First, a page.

Plaintiff's case eventually went to trial. (Id. at ¶ 42). Though the matter involved routine allegations of code violations, the case was prosecuted by a special counsel from Albany, Joseph Castiglione. (Id.). Plaintiff alleges that Defendant Bracci engaged Castiglione as counsel without obtaining approval from the Town Board. (Id.). Though the appearance tickets were issued to both Plaintiff and Sherri Telian and Sherri Telian was the record owner of the property and had been living on the property when the buildings were constructed, at trial Town Justice Richard Gumo informed Sherri Telian that she was not required to testify. (Id. at ¶ 43).

In February 2012, Town Justice Richard Gumo issued a decision that found Plaintiff solely guilty of violating the Town of Delhi's zoning ordinances. (Id. at ¶ 46). Plaintiff was fined $100, 000, an amount that Plaintiff alleges "was outrageous and shocking to the conscience." (Id. at ¶ 47). Plaintiff then attempted to contact Mathiesen and obtain the necessary permits and certificates of occupancy. (Id. at ¶ 54). Mathiesen ignored these efforts. (Id.). Plaintiff eventually secured the permits and certificates in question at minimal expense. (Id. at ¶ 57).

Defendant Town of Delhi obtained a civil judgment against Plaintiff individually. (Id. at ¶ 48). The Town then restrained the bank account of a business in which Plaintiff had an interest, Spring Lake Tree Service, Inc. (Id. at ¶ 49). The Defendant Town then caused the contents of that account to be paid to the Town. (Id.). Spring Lake Tree Service, Inc., was unable to conduct business during 2012 because of this restraint on its account. (Id. at ¶ 50). Plaintiff Ernie Telian was without income. (Id.).

Plaintiff also alleges that in or around March 2012 the Town of Delhi assessor informed Plaintiff that he would not be permitted to file an application for a farm exemption for the property because Sherri Telian, not Plaintiff, was the owner of record. (Id. at ¶ 51). Plaintiff had previously been permitted to file for an exemption in his own name. (Id.).

In or around March 2012, Defendant Town of Delhi instituted an action against Plaintiff seeking substantial civil penalties for non-compliance from January 2012 to August 2012. (Id. at ¶ 55). The court denied the Town's motion for summary judgment in June 2013. (Id.). On September 13, 2013, the Delaware County Court reversed and vacated Town Justice Gumo's February 2012 decision. (Id. at ¶ 53). The Town appealed both of these decisions. (Id. at ¶ 56). While the appeals were pending Defendant Bracci was voted out of office. (Id. at ¶ 57). The Town withdrew its appeals and agreed to vacate its judgment against Plaintiff by stipulation on June 20 and June 24, 2014. (Id. at ¶ 59).

Plaintiff contends that an unlawful conspiracy existed among the Defendants which was "undertaken with malice and the intention to harm him to the greatest extent possible[.]" Id. at ¶ 60. Plaintiff alleges that Defendants' actions were motivated by the Telians' bitter divorce and a history of political animosity between Plaintiff's family and those of the Defendants. (Id.).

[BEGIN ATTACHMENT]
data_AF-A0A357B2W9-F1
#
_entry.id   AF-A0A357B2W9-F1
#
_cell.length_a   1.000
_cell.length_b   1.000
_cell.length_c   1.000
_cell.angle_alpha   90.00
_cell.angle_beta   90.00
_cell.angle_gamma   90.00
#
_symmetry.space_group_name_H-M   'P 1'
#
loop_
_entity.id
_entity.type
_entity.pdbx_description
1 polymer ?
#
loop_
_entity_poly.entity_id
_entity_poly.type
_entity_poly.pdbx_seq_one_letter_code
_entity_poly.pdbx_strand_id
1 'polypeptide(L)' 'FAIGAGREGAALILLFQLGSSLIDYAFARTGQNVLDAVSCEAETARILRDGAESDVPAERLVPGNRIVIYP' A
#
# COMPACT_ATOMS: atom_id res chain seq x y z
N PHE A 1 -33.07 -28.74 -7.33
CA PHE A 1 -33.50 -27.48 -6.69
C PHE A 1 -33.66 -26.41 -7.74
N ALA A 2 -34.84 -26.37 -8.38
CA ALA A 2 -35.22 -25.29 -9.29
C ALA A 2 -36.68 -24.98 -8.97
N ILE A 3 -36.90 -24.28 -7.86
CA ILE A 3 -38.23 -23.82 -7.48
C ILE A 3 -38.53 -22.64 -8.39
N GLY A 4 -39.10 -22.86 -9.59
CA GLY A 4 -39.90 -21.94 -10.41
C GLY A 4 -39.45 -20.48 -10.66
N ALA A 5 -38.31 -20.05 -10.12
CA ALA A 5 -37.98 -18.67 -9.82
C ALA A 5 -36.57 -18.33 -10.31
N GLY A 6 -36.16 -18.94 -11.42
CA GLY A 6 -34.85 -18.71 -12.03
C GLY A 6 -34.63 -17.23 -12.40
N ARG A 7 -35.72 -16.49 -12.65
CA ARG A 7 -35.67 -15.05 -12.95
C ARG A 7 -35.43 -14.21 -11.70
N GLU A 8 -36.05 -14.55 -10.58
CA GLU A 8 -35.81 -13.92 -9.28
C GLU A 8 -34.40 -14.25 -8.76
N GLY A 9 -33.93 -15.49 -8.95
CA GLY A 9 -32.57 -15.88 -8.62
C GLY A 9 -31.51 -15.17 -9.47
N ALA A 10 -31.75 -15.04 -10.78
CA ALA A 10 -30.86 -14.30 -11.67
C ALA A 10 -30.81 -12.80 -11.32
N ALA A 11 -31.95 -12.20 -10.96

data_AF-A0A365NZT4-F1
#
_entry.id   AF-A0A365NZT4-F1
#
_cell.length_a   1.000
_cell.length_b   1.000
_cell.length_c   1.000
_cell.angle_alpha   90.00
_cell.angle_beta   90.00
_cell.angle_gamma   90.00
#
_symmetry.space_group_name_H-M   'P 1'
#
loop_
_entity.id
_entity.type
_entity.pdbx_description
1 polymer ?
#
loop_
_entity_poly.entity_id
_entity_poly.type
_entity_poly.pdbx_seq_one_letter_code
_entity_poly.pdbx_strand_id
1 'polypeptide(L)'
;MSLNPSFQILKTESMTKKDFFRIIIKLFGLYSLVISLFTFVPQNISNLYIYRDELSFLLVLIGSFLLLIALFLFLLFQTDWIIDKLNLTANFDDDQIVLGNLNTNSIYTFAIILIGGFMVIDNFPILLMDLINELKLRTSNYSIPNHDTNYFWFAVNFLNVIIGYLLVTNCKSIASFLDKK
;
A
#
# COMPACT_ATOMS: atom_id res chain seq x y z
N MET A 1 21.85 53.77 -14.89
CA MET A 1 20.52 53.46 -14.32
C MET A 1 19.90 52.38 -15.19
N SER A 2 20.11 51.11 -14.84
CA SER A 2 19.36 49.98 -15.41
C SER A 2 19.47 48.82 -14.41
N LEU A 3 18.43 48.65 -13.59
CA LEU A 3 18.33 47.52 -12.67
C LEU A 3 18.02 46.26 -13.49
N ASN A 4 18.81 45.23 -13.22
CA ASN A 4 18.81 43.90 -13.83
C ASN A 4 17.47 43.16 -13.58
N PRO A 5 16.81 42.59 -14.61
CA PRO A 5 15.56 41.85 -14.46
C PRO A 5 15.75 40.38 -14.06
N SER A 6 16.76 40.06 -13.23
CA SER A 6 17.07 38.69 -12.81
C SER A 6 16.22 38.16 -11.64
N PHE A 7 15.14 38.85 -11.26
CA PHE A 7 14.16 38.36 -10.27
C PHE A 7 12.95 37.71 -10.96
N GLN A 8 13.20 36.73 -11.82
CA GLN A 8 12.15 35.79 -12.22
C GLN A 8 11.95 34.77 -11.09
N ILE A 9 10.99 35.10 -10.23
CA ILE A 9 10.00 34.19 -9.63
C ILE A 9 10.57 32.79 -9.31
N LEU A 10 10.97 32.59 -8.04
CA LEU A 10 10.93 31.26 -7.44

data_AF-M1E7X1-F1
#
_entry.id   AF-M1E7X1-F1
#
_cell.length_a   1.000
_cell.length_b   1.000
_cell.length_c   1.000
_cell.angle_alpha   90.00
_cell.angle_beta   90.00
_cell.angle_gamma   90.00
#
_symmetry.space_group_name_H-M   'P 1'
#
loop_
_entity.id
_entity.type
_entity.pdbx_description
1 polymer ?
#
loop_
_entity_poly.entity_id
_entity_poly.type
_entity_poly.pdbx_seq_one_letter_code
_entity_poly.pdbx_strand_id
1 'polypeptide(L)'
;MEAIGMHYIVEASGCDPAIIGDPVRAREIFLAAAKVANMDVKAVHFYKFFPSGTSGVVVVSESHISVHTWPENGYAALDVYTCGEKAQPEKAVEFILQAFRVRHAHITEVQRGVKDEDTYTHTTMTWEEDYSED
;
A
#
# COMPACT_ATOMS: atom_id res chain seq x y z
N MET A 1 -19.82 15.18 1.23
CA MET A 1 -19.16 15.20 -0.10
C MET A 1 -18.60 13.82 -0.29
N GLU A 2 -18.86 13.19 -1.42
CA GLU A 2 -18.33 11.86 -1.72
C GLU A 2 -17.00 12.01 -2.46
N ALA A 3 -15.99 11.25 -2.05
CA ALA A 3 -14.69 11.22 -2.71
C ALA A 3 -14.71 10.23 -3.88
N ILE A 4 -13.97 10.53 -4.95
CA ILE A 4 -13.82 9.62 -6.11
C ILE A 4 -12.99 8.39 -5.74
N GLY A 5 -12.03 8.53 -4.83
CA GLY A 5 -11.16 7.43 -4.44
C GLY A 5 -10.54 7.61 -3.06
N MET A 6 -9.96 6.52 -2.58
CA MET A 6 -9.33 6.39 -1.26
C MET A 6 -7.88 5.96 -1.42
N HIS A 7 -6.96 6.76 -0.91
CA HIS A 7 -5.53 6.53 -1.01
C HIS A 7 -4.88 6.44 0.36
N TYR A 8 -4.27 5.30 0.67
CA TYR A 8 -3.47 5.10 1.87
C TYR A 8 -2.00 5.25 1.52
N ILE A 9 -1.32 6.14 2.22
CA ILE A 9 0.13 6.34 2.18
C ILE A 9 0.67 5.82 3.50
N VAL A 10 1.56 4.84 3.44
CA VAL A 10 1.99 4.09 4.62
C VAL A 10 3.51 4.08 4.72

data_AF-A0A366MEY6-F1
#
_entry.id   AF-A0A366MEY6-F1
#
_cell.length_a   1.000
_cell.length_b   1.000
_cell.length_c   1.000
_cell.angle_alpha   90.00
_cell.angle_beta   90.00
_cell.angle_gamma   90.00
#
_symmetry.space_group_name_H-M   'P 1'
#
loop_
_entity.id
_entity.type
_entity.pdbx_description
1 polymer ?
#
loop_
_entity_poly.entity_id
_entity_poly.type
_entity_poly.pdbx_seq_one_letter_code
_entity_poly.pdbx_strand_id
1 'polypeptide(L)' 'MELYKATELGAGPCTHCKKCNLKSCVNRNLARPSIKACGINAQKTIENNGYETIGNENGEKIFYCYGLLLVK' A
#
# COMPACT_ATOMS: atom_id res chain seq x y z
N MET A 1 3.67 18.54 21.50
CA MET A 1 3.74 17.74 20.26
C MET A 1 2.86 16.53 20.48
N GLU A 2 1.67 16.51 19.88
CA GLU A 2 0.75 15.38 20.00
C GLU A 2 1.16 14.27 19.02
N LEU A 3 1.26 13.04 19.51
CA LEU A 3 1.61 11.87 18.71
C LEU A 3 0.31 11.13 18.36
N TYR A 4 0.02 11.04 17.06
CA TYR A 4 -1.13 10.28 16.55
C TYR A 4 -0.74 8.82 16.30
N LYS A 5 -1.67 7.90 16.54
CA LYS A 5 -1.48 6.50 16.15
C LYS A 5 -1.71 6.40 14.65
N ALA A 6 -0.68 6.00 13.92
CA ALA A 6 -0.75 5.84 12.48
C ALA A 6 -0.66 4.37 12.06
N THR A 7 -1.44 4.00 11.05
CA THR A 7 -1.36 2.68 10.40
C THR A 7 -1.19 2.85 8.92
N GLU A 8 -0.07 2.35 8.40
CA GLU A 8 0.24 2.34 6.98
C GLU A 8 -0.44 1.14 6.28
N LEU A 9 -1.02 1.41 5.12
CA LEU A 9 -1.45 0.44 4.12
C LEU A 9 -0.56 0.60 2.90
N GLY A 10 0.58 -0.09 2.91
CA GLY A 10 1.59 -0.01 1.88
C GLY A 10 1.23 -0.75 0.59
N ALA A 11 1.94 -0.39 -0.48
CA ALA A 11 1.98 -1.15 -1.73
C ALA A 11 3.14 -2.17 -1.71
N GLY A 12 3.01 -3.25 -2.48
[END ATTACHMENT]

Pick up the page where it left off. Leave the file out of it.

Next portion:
Plaintiff filed his complaint on July 28, 2014. Plaintiff alleges that Defendants' conduct violated his rights to equal protection and due process. (Id. at ¶ 64). He contends that he was forced to expend considerable attorneys' fees as a result of Defendants' conduct, and that he suffered extreme emotional distress that required psychological counseling. (Id. at ¶ 52). Plaintiff also contends that Defendants acted outrageously and he is therefore entitled to punitive damages in this case. (Id. at ¶ 67). Defendants filed motions to dismiss and the parties have briefed the issues, bringing the case to its present posture.


Plaintiffs have filed motions to dismiss pursuant to Federal Rule of Civil Procedure 12(b)(6). In addressing such motions, the Court must accept "all factual allegations in the complaint as true, and draw[] all reasonable inferences in the plaintiff's favor." Holmes v. Grubman, 568 F.3d 329, 335 (2d Cir. 2009). This tenet does not apply to legal conclusions. Ashcroft v. Iqbal, 556 U.S. 662, 678 (2009). "Threadbare recitals of the elements of a cause of action, supported by mere conclusory statements, do not suffice." Id. at 678. "To survive a motion to dismiss, a complaint must contain sufficient factual matter, accepted as true, to state a claim to relief that is plausible on its face." Id . (quoting Bell Atl. v. Twombly, 550 U.S. 544, 570 (2007)).


Defendant Sherri Telian filed a motion to dismiss, as did Defendants Town of Delhi, Peter Bracci and John Mathiesen. The Court will address each motion in turn.

A. Defendant Sherri Telian

Defendant Sherri Telian moves for dismissal on two grounds: that Plaintiff's equal protection claim must fail because he has not alleged that a comparatively situated person was treated differently and that Plaintiff has not alleged that Sherri Telian engaged in state action by conspiring with the other Defendants. The Court will address each in turn.